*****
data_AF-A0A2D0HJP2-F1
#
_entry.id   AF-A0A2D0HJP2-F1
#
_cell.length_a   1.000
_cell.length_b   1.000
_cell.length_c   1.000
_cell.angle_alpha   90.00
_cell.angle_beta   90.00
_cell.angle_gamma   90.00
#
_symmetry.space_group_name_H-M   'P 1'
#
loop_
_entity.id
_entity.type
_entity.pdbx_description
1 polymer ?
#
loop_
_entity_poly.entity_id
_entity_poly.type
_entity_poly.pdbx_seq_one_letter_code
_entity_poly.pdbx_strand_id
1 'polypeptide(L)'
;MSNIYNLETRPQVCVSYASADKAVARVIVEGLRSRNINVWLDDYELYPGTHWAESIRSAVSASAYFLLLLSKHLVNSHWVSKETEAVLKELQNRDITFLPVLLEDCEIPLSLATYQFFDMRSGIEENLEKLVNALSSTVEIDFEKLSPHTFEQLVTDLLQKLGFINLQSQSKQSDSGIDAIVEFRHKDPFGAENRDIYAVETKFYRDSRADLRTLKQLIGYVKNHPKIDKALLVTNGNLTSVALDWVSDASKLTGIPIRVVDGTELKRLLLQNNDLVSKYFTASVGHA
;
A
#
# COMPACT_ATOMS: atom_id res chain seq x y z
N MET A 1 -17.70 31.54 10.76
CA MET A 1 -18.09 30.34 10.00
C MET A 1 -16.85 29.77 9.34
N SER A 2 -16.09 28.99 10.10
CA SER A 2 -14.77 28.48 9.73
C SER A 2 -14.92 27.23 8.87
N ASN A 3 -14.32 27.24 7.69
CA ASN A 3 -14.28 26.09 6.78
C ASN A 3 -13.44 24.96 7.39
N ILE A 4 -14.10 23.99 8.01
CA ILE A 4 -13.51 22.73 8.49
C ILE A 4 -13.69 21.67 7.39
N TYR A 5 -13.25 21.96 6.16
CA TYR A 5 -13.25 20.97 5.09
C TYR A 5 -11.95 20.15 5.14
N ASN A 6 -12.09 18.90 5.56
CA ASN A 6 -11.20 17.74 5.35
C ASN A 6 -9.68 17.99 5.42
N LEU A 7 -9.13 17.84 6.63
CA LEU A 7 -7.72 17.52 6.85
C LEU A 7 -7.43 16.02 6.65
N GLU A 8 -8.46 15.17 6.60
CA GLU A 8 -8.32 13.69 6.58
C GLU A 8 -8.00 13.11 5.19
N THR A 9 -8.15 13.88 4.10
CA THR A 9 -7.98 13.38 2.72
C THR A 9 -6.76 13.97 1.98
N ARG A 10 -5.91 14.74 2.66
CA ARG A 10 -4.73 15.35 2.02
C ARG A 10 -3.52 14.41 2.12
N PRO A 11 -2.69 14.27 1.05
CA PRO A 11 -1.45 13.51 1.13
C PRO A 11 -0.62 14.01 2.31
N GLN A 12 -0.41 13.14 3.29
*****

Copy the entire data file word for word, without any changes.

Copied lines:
data_AF-A0A2D0HJP2-F1
#
_entry.id   AF-A0A2D0HJP2-F1
#
_cell.length_a   1.000
_cell.length_b   1.000
_cell.length_c   1.000
_cell.angle_alpha   90.00
_cell.angle_beta   90.00
_cell.angle_gamma   90.00
#
_symmetry.space_group_name_H-M   'P 1'
#
loop_
_entity.id
_entity.type
_entity.pdbx_description
1 polymer ?
#
loop_
_entity_poly.entity_id
_entity_poly.type
_entity_poly.pdbx_seq_one_letter_code
_entity_poly.pdbx_strand_id
1 'polypeptide(L)'
;MSNIYNLETRPQVCVSYASADKAVARVIVEGLRSRNINVWLDDYELYPGTHWAESIRSAVSASAYFLLLLSKHLVNSHWVSKETEAVLKELQNRDITFLPVLLEDCEIPLSLATYQFFDMRSGIEENLEKLVNALSSTVEIDFEKLSPHTFEQLVTDLLQKLGFINLQSQSKQSDSGIDAIVEFRHKDPFGAENRDIYAVETKFYRDSRADLRTLKQLIGYVKNHPKIDKALLVTNGNLTSVALDWVSDASKLTGIPIRVVDGTELKRLLLQNNDLVSKYFTASVGHA
;
A
#
# COMPACT_ATOMS: atom_id res chain seq x y z
N MET A 1 -17.70 31.54 10.76
CA MET A 1 -18.09 30.34 10.00
C MET A 1 -16.85 29.77 9.34
N SER A 2 -16.09 28.99 10.10
CA SER A 2 -14.77 28.48 9.73
C SER A 2 -14.92 27.23 8.87
N ASN A 3 -14.32 27.24 7.69
CA ASN A 3 -14.28 26.09 6.78
C ASN A 3 -13.44 24.96 7.39
N ILE A 4 -14.10 23.99 8.01
CA ILE A 4 -13.51 22.73 8.49
C ILE A 4 -13.69 21.67 7.39
N TYR A 5 -13.25 21.96 6.16
CA TYR A 5 -13.25 20.97 5.09
C TYR A 5 -11.95 20.15 5.14
N ASN A 6 -12.09 18.90 5.56
CA ASN A 6 -11.20 17.74 5.35
C ASN A 6 -9.68 17.99 5.42
N LEU A 7 -9.13 17.84 6.63
CA LEU A 7 -7.72 17.52 6.85
C LEU A 7 -7.43 16.02 6.65
N GLU A 8 -8.46 15.17 6.60
CA GLU A 8 -8.32 13.69 6.58
C GLU A 8 -8.00 13.11 5.19
N THR A 9 -8.15 13.88 4.10
CA THR A 9 -7.98 13.38 2.72
C THR A 9 -6.76 13.97 1.98
N ARG A 10 -5.91 14.74 2.66
CA ARG A 10 -4.73 15.35 2.02
C ARG A 10 -3.52 14.41 2.12
N PRO A 11 -2.69 14.27 1.05
CA PRO A 11 -1.45 13.51 1.13
C PRO A 11 -0.62 14.01 2.31
N GLN A 12 -0.41 13.14 3.29